Sure, Newark Mayor Cory Booker's decision to live for a week on what a food-stamp recipient would get - slightly more than $4 a day - is a gimmick.
Booker is reportedly considering a run for governor or U.S. Senate, and he has certainly generated some positive publicity by living on $29.78 worth of food for a week.
But we'll give any politician points for a gimmick like this - it's certainly not fun to live for a week on what the Supplemental Nutrition Assistance Program, or SNAP, provides.
And gimmick or not, Booker is helping deflate some common stereotypes about recipients of food stamps and other welfare programs living large on the public dole.
In fact, the so-called SNAP Challenge is a nationwide program sponsored by the Food Research and Action Center in Washington and a host of civic and religious organizations. The goal is empathy - to educate the public and elected officials about what it means to live on a limited budget.
Booker took the SNAP challenge after getting into a debate on Twitter with a person who said "nutrition is not a responsibility of government." A growing number of people in this country probably feel that way. And, of course, it seems that almost everyone has a story about standing in a checkout line behind a person using SNAP to buy something that seems inappropriate.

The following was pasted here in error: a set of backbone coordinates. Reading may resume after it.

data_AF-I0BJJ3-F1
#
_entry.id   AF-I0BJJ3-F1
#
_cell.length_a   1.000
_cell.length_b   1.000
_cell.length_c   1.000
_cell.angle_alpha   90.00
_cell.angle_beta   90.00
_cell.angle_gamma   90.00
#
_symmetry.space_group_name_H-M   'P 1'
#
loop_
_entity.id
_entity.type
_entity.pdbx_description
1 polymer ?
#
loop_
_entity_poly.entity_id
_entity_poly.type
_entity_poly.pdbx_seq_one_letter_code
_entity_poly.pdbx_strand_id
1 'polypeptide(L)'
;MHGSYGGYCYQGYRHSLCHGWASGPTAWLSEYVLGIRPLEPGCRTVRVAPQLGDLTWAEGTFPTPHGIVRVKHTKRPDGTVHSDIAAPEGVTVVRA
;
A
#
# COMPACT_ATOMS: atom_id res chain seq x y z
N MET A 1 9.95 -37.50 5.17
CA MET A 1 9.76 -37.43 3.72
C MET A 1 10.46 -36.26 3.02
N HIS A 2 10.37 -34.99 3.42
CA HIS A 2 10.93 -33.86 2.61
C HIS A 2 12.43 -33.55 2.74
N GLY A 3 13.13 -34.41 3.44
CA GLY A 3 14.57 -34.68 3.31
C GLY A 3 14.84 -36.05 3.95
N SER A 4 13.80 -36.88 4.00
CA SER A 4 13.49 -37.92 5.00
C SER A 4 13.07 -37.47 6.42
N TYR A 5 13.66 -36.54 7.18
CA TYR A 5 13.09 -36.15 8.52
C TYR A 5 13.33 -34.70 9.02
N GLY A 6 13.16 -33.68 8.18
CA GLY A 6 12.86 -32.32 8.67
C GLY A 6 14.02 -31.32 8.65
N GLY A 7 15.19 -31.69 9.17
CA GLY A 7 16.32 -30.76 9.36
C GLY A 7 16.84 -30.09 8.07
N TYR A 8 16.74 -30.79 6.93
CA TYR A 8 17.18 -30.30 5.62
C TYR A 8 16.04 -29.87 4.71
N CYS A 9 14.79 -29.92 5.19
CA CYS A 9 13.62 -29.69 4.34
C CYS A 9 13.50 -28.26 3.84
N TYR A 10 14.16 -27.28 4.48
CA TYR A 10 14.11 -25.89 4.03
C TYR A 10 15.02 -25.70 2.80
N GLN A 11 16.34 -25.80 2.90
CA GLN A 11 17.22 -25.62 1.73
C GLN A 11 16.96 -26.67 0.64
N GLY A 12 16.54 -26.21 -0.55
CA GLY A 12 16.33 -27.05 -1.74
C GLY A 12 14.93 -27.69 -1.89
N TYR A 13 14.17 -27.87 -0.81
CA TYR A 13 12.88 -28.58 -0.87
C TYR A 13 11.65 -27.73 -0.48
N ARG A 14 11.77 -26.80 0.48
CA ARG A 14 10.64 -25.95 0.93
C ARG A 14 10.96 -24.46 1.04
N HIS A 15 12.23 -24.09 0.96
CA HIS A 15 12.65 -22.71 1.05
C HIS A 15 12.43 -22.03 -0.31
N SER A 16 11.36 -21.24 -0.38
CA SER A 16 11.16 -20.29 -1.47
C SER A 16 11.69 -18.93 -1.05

But every government program has its abuses. And we'd venture to say that most of the approximately 46 million Americans in the SNAP program - half of them children - are not scamming taxpayers. They are just trying to survive.
Eating nutritiously on $4 a day is particularly difficult. High-calorie, high-fat foods are often cheaper - and more readily available - in an economically depressed neighborhood than fresh fruits and vegetables. (Councilman Ras Baraka recently said that it is easier to get a gun than a piece of fruit in Newark.)
And Booker - a graduate of Stanford University and Yale Law School - is, it's safe to say, better educated than most SNAP recipients, and he made some smart choices.
He shopped the sales at the Pathmark in Irvington and bought bagged lettuce, apples, sweet potatoes, canned peas and corn, cauliflower, broccoli and beans. A day into his challenge, which ends tomorrow, he said he wished he had bought some eggs - and something with caffeine in it.
So Booker probably ate better than most SNAP recipients - but it still all sounds unpleasantly spartan.
And if you disagree, if you think food-stamp recipients are ripping off taxpayers, you can always take the SNAP Challenge yourself.